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Frederick William Cumberland

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Political party  Conservative
Education  King's College School
Role  Canadian Political figure
Name  Frederick Cumberland

Frederick William Cumberland
Preceded by  Wemyss Mackenzie Simpson
Born  April 10, 1821 London, England (1821-04-10)
Other political affiliations  Conservative Party of Ontario
Profession  civil engineer, architect
Died  August 5, 1881, Toronto, Canada
Party  Conservative Party of Canada
Structures  Cathedral Church of St. James
People also search for  William George Storm, Henry Langley, Thomas Ridout, James, son of Zebedee

Succeeded by  John Beverley Robinson

See also Cumberland (disambiguation), Cumberland (surname).

Frederick William Cumberland (10 April 1821 – 5 August 1881) was a Canadian engineer, architect and political figure. He represented the riding of Algoma in the 1st and 2nd Ontario Parliaments and in the Canadian House of Commons from 1871 to 1872.

Biography

William Cumberland was born in London, England in 1821, and grew up in Rathmines, Dublin, where his father was employed at Dublin Castle. His mother died there. The family returned to London in the mid-1830s, and he studied at King's College School and apprenticed as a civil engineer. Starting in 1843, he was employed with the engineering department of the British Admiralty, working on the construction of dry docks and fortifications. In 1845, he married Wilmot Mary Bramley, whose sisters had married prominent men in the city of Toronto, and he came to that city with his wife in 1847.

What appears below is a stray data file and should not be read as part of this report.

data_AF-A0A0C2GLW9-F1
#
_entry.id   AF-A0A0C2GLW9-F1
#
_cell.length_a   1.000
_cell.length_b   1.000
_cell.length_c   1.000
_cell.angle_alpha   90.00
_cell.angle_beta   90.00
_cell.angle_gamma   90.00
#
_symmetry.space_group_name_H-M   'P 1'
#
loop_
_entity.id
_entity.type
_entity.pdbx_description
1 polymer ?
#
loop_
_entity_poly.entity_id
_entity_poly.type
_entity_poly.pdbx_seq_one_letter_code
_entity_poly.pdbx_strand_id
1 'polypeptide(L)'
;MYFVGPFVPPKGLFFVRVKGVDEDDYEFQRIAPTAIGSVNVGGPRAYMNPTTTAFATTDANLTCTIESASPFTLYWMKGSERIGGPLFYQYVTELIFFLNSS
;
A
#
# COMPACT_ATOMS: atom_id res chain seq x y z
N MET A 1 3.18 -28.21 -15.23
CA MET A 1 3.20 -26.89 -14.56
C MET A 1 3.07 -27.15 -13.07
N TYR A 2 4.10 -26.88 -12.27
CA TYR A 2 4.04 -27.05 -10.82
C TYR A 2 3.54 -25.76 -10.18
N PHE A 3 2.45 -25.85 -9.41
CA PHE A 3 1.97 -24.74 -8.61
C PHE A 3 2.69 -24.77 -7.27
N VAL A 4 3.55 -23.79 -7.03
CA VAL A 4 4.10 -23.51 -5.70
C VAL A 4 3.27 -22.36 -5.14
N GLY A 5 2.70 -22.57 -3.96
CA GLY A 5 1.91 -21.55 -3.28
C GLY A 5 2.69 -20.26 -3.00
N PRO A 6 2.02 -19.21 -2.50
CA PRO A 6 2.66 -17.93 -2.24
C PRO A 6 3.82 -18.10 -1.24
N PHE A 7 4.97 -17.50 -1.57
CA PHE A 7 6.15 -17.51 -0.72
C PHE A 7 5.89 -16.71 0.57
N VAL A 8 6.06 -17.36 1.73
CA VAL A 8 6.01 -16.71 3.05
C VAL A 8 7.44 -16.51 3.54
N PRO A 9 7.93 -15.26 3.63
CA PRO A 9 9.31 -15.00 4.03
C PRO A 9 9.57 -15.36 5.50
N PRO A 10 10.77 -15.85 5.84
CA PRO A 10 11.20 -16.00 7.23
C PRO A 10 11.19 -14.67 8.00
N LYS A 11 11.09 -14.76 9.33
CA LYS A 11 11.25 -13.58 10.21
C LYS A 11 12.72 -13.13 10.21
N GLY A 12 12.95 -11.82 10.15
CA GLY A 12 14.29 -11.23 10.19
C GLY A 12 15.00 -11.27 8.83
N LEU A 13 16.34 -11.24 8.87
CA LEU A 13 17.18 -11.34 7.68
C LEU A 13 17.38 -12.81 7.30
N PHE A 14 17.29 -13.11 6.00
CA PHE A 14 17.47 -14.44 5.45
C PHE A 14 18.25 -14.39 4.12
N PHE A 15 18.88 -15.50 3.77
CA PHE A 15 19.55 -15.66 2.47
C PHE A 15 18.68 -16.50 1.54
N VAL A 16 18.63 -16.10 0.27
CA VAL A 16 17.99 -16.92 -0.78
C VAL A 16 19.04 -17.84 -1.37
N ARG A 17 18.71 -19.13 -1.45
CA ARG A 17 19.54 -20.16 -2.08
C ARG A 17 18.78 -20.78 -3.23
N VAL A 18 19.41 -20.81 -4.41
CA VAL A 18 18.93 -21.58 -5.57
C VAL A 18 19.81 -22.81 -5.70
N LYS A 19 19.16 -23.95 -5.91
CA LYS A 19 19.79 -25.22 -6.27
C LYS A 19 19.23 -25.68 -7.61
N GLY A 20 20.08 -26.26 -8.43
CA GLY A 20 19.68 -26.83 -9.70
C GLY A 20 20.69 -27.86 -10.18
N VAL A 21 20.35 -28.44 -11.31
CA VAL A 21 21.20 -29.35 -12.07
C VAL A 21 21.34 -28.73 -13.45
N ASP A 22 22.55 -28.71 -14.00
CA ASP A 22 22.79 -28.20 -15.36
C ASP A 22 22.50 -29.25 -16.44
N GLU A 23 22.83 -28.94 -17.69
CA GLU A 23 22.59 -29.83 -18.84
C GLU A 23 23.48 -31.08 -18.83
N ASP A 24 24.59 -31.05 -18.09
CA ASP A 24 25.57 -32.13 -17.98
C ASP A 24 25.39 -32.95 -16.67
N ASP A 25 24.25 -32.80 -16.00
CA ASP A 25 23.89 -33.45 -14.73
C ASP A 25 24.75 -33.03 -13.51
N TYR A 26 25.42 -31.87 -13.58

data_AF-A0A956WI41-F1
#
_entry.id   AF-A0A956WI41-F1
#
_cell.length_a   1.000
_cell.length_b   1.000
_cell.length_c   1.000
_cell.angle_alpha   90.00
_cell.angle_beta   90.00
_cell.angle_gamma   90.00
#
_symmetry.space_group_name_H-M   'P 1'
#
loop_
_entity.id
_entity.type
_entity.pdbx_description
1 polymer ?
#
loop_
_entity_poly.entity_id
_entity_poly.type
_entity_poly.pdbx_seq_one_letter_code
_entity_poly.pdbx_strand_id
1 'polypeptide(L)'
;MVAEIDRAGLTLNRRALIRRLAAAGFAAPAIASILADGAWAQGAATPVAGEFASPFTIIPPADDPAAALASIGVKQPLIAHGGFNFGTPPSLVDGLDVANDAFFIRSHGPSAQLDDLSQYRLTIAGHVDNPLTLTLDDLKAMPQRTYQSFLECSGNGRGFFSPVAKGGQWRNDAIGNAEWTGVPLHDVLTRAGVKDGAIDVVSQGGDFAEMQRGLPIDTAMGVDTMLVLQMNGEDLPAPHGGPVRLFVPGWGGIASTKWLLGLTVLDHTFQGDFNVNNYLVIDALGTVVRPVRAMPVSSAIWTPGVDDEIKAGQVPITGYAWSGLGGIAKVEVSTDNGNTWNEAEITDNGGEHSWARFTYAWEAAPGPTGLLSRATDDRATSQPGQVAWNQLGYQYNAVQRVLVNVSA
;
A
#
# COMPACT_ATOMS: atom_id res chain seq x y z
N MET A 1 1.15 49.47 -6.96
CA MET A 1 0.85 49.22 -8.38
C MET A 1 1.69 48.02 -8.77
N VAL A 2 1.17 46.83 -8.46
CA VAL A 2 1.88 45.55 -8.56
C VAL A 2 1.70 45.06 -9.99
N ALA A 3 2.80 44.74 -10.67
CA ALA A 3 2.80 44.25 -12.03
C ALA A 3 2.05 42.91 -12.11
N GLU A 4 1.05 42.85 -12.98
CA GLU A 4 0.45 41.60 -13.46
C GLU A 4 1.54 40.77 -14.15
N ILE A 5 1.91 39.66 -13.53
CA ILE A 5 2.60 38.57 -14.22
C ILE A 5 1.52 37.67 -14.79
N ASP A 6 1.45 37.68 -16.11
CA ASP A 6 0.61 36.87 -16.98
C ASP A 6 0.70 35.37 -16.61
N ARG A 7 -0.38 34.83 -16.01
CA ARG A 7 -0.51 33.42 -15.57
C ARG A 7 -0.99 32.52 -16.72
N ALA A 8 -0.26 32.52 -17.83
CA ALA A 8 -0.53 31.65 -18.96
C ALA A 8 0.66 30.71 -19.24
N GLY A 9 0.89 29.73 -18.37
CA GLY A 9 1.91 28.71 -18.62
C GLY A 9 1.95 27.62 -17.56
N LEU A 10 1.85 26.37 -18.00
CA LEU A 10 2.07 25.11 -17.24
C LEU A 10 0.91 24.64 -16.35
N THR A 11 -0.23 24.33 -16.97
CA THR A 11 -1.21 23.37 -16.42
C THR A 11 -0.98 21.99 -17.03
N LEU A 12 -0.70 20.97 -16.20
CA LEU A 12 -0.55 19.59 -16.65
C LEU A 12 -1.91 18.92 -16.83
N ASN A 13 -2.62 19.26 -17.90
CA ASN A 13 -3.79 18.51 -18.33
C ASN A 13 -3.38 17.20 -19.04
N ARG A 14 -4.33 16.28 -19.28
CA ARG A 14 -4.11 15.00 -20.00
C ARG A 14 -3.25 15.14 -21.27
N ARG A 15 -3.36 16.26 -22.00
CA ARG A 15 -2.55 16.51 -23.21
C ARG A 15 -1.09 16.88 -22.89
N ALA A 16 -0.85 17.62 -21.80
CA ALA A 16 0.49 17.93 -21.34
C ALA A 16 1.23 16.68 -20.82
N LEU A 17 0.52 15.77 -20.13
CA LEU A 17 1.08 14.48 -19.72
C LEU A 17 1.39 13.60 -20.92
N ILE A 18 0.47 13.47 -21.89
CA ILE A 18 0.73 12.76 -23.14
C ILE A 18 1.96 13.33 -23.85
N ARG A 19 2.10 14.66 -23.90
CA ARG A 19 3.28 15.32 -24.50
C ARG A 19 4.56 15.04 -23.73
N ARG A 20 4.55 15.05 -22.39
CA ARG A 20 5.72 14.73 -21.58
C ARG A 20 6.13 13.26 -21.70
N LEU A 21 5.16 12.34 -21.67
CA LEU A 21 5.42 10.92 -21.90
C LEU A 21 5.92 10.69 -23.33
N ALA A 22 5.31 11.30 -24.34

He worked there as a surveyor and as engineer for the united counties of York and Peel. In partnership with Thomas Ridout, he designed Cathedral Church of St. James (Toronto) and School, the York County Court House and a Post Office.

Later, with William George Storm, he designed other important public buildings in the city. At the University of Toronto, he designed University College, Provincial Magnetic Observatory (1853–55); Director's Residence, 1858 which was demolished in 1901; and major additions and reconstruction of the Centre Block, 1856-59 of Osgoode Hall law courts.

He designed residences for important people living in the city. He designed the Queen Street Wesleyan Chapel, 1856 which was demolished c. 1980. He also built several public buildings at Hamilton.

During the 1850s, Cumberland became involved in railway management at the Ontario, Simcoe and Huron Railroad Union Company, later the Northern Railway Company, and other railway and related companies of the time. From 1868 Cumberland served as a director of the Rama Timber Transport Company. As was common at the time, he used railway money to gain the support of Members of Parliament and to help elect candidates favourable to their cause. After Cumberland's death, the Northern Railway Company was absorbed by the Grand Trunk Railway. He was also director at a number of banks and a member of the Toronto Board of Education. He also helped establish a new battalion in the local militia during the 1860s. He was a member of the senate of the University of Toronto. He was a freemason, becoming deputy grand master for the Toronto district.

He died in Toronto in 1881.

References

Frederick William Cumberland Wikipedia


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